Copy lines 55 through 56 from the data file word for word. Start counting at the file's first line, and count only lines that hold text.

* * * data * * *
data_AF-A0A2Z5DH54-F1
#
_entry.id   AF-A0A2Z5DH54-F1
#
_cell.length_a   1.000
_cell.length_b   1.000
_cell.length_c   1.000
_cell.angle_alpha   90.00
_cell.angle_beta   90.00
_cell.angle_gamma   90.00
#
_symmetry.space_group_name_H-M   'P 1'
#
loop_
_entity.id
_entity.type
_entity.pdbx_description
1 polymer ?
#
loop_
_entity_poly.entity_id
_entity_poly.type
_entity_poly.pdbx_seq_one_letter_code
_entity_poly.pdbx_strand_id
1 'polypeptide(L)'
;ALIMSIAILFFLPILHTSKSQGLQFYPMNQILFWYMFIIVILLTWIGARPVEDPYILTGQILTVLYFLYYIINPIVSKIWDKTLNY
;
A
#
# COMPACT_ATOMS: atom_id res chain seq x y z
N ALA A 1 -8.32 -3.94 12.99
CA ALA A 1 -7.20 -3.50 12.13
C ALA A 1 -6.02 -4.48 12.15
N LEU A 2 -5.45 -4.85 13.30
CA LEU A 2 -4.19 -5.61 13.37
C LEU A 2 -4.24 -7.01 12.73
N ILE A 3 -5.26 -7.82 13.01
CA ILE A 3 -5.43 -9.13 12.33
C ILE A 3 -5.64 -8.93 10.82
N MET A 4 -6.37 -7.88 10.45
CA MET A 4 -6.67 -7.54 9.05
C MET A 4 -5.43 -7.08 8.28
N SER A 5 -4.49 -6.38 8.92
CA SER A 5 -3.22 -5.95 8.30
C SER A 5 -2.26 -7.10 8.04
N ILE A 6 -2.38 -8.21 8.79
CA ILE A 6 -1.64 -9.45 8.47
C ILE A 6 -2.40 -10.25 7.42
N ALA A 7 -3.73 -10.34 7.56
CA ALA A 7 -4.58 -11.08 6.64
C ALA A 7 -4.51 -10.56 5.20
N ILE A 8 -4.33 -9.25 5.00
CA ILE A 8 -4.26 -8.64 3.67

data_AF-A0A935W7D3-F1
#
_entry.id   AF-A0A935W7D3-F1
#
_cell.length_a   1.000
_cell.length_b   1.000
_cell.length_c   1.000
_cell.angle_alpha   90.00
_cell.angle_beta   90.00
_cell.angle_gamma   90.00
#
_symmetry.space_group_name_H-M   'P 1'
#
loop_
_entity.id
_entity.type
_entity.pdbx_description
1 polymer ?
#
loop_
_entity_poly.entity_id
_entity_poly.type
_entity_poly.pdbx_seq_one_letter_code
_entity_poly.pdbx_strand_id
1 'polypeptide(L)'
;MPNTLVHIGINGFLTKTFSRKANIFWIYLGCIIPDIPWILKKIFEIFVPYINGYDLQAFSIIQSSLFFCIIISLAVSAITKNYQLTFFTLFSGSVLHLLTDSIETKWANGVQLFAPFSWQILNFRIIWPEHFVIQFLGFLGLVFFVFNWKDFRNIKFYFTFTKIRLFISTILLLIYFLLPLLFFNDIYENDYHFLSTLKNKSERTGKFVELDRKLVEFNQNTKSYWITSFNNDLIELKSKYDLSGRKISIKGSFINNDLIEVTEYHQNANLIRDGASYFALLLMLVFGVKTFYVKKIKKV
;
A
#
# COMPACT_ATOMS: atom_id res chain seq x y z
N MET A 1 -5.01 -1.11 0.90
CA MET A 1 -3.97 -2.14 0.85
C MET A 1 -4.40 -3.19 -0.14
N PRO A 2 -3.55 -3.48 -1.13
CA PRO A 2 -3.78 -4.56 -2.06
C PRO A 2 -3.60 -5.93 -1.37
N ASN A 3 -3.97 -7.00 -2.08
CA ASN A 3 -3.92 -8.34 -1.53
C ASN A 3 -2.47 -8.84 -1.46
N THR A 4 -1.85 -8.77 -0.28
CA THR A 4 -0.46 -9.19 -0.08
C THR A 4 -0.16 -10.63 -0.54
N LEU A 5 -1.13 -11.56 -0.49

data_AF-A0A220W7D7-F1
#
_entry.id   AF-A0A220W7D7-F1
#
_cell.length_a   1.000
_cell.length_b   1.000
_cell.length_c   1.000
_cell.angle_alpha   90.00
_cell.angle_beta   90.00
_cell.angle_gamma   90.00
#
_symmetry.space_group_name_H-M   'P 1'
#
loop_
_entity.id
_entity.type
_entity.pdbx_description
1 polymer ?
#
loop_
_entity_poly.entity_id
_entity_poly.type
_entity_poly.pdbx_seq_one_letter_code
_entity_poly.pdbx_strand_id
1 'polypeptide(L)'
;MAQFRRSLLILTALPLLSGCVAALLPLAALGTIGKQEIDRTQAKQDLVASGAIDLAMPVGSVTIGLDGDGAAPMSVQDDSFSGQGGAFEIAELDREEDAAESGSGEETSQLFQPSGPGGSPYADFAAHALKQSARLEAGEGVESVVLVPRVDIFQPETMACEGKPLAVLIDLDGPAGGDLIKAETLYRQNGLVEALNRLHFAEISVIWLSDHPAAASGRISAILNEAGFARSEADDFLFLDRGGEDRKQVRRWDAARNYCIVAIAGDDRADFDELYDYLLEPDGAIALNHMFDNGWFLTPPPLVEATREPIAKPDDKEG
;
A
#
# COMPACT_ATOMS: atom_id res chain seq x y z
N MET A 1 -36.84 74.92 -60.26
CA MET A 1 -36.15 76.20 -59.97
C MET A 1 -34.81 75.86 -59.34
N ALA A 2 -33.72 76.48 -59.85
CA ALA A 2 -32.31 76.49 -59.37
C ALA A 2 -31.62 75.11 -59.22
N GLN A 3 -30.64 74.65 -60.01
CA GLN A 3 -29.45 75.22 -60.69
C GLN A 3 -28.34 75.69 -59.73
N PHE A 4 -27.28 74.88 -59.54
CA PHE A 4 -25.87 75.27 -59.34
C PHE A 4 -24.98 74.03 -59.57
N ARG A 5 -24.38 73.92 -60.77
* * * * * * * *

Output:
#
_entry.id   AF-A0A935W7D3-F1